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Literature Guide for Because of Winn-Dixie
Reader Advisory


When children enjoy a book, it is nice to have an idea of what books you can recommend to them on similar subjects. This is a list of seven books with short annotations and publishing information, that share similarities with Because of Winn-Dixie, and could be presented as options for students who enjoyed the book.

Naylor, Phyllis Reynolds. Shiloh. Aladdin Paperbacks, 2000.
When Marty first meets the mistreated beagle, he falls in love. He goes to great lengths to keep the dog a secret and to keep him safe.
Rawls, Woodrow Wilson. Where the Red Fern Grows. Dell Laurel-Leaf, 1961.
Billy and his coonhound pups are determined to win the coon-hunt contest. In a brave fight with a mountain lion, Billy looses his dogs, but is comforted by the Native American legend of the sacred red fern that grows on top of their graves.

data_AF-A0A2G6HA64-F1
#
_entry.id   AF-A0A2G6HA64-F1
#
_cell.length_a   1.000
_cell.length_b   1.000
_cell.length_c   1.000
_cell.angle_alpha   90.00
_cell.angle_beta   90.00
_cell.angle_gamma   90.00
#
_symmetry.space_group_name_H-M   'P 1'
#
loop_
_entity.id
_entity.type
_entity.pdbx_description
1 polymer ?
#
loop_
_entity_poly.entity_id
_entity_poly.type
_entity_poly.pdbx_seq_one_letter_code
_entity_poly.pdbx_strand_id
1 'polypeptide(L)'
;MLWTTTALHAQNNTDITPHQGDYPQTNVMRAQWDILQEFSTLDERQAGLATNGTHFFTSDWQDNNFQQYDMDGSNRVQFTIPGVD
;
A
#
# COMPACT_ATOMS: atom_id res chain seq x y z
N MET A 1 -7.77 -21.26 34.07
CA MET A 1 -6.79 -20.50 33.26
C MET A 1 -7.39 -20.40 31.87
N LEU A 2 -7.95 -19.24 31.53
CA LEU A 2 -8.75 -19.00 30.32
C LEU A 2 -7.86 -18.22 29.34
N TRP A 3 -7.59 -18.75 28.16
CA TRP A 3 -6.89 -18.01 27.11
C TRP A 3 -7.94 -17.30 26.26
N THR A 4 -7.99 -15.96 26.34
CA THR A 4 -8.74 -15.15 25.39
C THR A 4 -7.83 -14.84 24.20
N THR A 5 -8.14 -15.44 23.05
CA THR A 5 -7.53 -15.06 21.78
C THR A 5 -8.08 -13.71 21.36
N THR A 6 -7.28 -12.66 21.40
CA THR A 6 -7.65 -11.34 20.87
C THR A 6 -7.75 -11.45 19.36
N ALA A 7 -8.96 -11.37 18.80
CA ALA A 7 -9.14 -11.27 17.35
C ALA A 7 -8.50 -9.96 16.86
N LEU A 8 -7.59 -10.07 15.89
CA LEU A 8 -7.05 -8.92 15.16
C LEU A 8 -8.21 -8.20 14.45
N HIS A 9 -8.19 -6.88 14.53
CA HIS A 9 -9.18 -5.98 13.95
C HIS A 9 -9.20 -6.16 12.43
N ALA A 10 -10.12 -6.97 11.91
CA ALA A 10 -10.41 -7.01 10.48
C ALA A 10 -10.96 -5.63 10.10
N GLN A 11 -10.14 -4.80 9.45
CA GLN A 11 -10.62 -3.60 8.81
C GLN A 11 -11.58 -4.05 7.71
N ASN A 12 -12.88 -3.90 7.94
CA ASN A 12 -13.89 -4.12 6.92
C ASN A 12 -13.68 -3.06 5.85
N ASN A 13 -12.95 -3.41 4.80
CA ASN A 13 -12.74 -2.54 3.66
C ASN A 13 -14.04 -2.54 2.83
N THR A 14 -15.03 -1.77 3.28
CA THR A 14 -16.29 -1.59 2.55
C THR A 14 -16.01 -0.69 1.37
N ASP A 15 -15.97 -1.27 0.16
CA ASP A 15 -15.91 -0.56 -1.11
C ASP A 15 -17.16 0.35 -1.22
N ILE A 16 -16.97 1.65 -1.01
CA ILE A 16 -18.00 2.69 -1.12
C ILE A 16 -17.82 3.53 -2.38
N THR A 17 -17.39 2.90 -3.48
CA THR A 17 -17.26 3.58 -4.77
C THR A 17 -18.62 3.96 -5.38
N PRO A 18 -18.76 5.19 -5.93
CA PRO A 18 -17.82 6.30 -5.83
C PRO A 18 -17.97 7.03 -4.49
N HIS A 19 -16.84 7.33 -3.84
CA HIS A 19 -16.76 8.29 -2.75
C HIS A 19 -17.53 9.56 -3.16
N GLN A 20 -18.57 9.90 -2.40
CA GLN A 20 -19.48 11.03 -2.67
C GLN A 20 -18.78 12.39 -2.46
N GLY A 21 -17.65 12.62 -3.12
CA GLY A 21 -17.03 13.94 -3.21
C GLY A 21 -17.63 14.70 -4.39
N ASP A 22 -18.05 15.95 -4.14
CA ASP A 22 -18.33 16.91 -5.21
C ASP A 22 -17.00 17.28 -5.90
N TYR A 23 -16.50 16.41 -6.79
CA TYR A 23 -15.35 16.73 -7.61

Henks, Kevin. Protecting Marie. Penguin Group, 1995.
When Fanny Swan finally talks her father into giving her a dog, she is devastated when her dad tells her she has to give her puppy away. The loss of her dog surfaces many other problems between her and her father.
McCarthy, Susan Carol. Lay the Trumpet in Our Hands. Bantam Books, 2002.
Reesa McMahon and her family are newcomers to Florida. They find themselves in the middle of the racist south at the start of the civil rights movement. An honest act by her father puts her entire family in danger.
Naylor, Phyllis Reynolds. Alice in April. Dell Yearling, 1993.
Alice struggles with her role in her motherless home. At age 12, that is not the only struggle she faces. School, her changing body, and the suicide of a classmate all affect her life as she is on the brink of turning 13.
Paterson Katherine. Preacher’s Boy. Clarion Books, 1999.
Although Robbie’s father is a preacher, Robbie struggles with what to believe. Along with Robbie’s search for what is truth, the story highlights coming of age, loyalty, courage, and the enduring values of family.
Calhoun, Mary. Julie’s Tree. Harper & Row, 1988.
Julie finds comfort in settling her imagination on a gigantic mulberry tree, at a time when she is dealing with her mother’s death, and her new life with her father. Although she struggles with making friends at first, Ned and Miss Fogarty help her to adjust.

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Page Last Updated March 14, 2005